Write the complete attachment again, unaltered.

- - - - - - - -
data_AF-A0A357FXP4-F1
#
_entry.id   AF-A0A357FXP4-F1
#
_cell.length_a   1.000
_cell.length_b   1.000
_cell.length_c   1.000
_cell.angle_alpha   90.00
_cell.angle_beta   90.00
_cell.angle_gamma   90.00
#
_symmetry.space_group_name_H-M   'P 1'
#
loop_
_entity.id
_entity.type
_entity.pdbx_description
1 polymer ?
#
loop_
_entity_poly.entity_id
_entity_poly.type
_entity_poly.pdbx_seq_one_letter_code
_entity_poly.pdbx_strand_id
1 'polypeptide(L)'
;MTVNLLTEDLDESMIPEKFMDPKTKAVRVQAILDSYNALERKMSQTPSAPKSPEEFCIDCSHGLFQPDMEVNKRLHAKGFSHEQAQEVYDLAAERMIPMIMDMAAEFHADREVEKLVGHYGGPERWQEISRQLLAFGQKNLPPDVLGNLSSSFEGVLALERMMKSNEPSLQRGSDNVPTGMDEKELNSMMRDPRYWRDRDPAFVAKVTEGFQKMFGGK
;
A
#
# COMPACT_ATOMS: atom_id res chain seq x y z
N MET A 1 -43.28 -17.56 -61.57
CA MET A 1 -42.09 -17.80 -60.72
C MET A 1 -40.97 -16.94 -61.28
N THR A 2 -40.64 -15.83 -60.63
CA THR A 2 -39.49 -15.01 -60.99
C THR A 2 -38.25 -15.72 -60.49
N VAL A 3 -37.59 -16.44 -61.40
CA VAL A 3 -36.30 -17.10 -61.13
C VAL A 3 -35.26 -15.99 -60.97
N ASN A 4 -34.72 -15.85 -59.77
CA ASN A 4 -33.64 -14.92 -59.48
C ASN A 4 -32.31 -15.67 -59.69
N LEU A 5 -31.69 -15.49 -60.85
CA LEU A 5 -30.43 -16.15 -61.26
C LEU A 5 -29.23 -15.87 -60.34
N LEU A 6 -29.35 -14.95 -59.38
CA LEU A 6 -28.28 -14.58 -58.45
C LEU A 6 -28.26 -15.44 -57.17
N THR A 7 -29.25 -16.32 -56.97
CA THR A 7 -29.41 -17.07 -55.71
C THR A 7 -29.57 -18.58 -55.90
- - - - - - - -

data_AF-A0A357FXP4-F1
#
_entry.id   AF-A0A357FXP4-F1
#
_cell.length_a   1.000
_cell.length_b   1.000
_cell.length_c   1.000
_cell.angle_alpha   90.00
_cell.angle_beta   90.00
_cell.angle_gamma   90.00
#
_symmetry.space_group_name_H-M   'P 1'
#
loop_
_entity.id
_entity.type
_entity.pdbx_description
1 polymer ?
#
loop_
_entity_poly.entity_id
_entity_poly.type
_entity_poly.pdbx_seq_one_letter_code
_entity_poly.pdbx_strand_id
1 'polypeptide(L)'
;MTVNLLTEDLDESMIPEKFMDPKTKAVRVQAILDSYNALERKMSQTPSAPKSPEEFCIDCSHGLFQPDMEVNKRLHAKGFSHEQAQEVYDLAAERMIPMIMDMAAEFHADREVEKLVGHYGGPERWQEISRQLLAFGQKNLPPDVLGNLSSSFEGVLALERMMKSNEPSLQRGSDNVPTGMDEKELNSMMRDPRYWRDRDPAFVAKVTEGFQKMFGGK
;
A
#
# COMPACT_ATOMS: atom_id res chain seq x y z
N MET A 1 -43.28 -17.56 -61.57
CA MET A 1 -42.09 -17.80 -60.72
C MET A 1 -40.97 -16.94 -61.28
N THR A 2 -40.64 -15.83 -60.63
CA THR A 2 -39.49 -15.01 -60.99
C THR A 2 -38.25 -15.72 -60.49
N VAL A 3 -37.59 -16.44 -61.40
CA VAL A 3 -36.30 -17.10 -61.13
C VAL A 3 -35.26 -15.99 -60.97
N ASN A 4 -34.72 -15.85 -59.77
CA ASN A 4 -33.64 -14.92 -59.48
C ASN A 4 -32.31 -15.67 -59.69
N LEU A 5 -31.69 -15.49 -60.85
CA LEU A 5 -30.43 -16.15 -61.26
C LEU A 5 -29.23 -15.87 -60.34
N LEU A 6 -29.35 -14.95 -59.38
CA LEU A 6 -28.28 -14.58 -58.45
C LEU A 6 -28.26 -15.44 -57.17
N THR A 7 -29.25 -16.32 -56.97
CA THR A 7 -29.41 -17.07 -55.71
C THR A 7 -29.57 -18.58 -55.90